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    The staged increase of the LHC beam energy provides a new class of interesting observables, namely ratios and double ratios of cross sections of various hard processes. The large degree of correlation of theoretical systematics in the cross section calculations at different energies leads to highly precise predictions for such ratios. We present in this letter few examples of such ratios, and discuss their possible implications, both in terms of opportunities for precision measurements and in terms of sensitivity to Beyond the Standard Model dynamics.Comment: 19 pages, 9 figure

    Where is SUSY?

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    The direct searches for Superymmetry at colliders can be complemented by direct searches for dark matter (DM) in underground experiments, if one assumes the Lightest Supersymmetric Particle (LSP) provides the dark matter of the universe. It will be shown that within the Constrained minimal Supersymmetric Model (CMSSM) the direct searches for DM are complementary to direct LHC searches for SUSY and Higgs particles using analytical formulae. A combined excluded region from LHC, WMAP and XENON100 will be provided, showing that within the CMSSM gluinos below 1 TeV and LSP masses below 160 GeV are excluded (m_{1/2} > 400 GeV) independent of the squark masses.Comment: 16 pages, 10 figure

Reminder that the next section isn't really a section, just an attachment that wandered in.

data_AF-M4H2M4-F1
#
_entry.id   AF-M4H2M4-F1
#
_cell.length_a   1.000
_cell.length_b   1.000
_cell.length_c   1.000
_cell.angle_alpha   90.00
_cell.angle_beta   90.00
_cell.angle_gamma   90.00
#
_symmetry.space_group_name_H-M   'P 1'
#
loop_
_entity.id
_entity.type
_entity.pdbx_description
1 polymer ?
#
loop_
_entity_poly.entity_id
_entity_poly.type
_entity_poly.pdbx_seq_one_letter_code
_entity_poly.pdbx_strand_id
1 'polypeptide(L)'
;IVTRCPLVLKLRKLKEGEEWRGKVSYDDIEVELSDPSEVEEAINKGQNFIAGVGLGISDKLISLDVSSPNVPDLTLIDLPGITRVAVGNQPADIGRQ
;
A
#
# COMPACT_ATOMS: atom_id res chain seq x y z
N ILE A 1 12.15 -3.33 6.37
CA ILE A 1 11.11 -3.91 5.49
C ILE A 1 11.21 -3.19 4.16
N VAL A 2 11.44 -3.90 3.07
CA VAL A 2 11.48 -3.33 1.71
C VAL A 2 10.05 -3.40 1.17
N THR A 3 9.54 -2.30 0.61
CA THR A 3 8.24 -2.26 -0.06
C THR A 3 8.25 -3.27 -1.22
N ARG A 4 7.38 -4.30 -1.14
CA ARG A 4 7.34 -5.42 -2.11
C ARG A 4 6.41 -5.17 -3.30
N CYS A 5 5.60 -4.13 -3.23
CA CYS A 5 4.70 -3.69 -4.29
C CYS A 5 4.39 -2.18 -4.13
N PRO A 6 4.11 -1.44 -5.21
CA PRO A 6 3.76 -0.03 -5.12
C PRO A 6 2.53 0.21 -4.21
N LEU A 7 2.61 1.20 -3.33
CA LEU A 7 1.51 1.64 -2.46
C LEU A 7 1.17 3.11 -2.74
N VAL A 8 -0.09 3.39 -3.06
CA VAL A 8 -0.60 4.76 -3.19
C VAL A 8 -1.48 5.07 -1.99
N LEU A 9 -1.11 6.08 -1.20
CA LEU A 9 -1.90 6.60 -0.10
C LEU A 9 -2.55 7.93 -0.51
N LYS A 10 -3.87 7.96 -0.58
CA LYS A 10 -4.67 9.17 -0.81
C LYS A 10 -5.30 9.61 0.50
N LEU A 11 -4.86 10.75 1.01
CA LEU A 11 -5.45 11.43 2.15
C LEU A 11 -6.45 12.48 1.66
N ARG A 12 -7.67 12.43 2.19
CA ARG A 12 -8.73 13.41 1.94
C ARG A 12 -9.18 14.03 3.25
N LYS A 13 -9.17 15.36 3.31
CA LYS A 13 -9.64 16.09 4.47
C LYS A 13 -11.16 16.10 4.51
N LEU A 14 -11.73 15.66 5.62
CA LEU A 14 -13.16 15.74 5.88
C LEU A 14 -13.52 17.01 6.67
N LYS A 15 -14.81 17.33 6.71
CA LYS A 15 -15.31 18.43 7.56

Top Quark Physics at the LHC: A Review of the First Two Years

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    This review summarizes the highlights in the area of top quark physics obtained with the two general purpose detectors ATLAS and CMS during the first two years of operation of the Large Hadron Collider LHC. It covers the 2010 and 2011 data taking periods, where the LHC provided pp collisions at a center-of-mass energy of sqrt(s)=7 TeV. Measurements are presented of the total and differential top quark pair production cross section in many different channels, the top quark mass and various other properties of the top quark and its interactions, for instance the charge asymmetry. Measurements of single top quark production and various searches for new physics involving top quarks are also discussed. The already very precise experimental data are in good agreement with the standard model.Comment: 107 pages, invited review for Int. J. Mod. Phys. A, v2 is identical to v1 except for the addition of the table of content